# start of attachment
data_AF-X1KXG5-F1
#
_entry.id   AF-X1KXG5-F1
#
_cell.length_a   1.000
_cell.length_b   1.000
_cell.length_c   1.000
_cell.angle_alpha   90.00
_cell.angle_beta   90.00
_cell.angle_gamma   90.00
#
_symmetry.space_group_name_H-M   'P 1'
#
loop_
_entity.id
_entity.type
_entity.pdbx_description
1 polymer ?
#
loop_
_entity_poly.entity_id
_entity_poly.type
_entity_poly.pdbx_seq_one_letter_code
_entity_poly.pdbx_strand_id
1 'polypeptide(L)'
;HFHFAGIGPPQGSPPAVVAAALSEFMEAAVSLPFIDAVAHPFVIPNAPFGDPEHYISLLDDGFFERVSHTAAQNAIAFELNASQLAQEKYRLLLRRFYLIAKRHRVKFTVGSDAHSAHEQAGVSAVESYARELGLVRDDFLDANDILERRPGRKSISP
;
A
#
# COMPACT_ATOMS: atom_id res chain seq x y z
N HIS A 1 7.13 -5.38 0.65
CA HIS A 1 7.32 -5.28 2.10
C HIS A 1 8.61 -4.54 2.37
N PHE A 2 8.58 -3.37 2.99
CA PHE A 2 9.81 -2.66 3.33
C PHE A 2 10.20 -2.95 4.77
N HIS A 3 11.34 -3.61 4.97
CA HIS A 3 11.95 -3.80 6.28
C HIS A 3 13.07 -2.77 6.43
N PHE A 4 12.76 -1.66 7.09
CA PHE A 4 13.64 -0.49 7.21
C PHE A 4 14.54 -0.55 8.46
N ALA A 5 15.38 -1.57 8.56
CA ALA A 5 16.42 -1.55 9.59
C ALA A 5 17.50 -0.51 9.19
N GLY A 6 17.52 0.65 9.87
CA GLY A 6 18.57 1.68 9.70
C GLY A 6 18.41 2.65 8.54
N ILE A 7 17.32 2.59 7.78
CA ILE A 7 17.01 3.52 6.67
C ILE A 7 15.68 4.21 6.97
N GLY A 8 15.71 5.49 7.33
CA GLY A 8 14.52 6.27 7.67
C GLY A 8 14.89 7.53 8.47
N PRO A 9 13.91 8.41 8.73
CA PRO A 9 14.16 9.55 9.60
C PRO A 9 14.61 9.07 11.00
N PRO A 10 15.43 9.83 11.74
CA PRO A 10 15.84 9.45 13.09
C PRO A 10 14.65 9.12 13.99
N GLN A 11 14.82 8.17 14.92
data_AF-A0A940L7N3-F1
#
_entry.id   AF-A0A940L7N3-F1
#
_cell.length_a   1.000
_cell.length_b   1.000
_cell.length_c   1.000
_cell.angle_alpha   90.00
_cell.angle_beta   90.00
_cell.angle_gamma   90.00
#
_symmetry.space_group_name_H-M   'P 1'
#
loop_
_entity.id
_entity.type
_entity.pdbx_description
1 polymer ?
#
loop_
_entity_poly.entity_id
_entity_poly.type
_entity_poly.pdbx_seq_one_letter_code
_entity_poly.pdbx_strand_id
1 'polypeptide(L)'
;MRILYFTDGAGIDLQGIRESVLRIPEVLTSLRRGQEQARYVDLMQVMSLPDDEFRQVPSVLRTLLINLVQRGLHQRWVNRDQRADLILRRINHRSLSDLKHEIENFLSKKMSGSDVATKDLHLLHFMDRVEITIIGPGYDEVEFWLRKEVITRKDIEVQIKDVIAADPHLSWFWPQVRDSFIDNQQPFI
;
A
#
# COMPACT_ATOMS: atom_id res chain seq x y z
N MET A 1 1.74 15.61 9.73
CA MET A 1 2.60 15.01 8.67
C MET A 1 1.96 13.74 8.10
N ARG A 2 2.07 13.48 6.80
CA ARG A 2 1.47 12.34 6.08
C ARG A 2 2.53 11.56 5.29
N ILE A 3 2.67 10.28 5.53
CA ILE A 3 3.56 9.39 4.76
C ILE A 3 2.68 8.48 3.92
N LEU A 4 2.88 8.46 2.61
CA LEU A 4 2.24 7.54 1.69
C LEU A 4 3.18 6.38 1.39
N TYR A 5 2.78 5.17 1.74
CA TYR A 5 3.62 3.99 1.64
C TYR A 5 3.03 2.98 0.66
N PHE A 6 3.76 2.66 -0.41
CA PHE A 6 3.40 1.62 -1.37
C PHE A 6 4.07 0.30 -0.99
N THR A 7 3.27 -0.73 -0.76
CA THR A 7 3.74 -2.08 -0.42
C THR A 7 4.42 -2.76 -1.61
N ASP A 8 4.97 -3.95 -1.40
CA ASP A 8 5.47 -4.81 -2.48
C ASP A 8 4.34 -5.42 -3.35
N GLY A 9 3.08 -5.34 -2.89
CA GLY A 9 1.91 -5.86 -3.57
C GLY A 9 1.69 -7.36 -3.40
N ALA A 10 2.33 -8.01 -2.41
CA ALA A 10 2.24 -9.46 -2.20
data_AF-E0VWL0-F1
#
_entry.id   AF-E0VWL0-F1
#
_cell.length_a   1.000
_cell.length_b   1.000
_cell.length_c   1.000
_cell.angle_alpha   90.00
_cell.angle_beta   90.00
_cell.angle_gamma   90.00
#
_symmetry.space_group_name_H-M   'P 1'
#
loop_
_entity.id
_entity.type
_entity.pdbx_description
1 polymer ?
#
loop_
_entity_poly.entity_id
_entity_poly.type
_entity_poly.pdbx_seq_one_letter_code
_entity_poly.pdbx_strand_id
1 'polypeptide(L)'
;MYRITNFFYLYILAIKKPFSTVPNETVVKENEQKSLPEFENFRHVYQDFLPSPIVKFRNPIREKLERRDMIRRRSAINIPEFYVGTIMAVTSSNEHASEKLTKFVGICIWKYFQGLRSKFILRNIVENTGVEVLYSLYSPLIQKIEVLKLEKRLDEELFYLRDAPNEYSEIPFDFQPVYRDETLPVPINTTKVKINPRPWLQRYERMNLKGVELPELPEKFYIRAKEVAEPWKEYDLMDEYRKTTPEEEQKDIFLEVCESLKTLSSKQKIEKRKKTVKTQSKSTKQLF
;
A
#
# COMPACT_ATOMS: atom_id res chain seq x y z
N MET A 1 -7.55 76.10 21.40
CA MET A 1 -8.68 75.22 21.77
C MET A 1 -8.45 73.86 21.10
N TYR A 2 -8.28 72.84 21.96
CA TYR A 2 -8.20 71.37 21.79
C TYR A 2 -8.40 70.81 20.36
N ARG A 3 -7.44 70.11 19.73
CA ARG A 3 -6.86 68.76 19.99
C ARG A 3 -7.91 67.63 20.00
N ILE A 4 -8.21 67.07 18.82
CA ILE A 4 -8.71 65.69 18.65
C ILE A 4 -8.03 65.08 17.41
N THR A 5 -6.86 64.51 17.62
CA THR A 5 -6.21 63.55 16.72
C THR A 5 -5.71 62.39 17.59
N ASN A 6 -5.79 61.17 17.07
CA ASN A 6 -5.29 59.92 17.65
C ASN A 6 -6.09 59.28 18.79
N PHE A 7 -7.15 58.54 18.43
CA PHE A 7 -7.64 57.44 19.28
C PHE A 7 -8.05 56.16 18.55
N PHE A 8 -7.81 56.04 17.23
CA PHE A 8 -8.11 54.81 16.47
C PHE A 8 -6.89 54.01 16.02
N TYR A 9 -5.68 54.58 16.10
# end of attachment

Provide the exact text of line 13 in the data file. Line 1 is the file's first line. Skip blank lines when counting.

#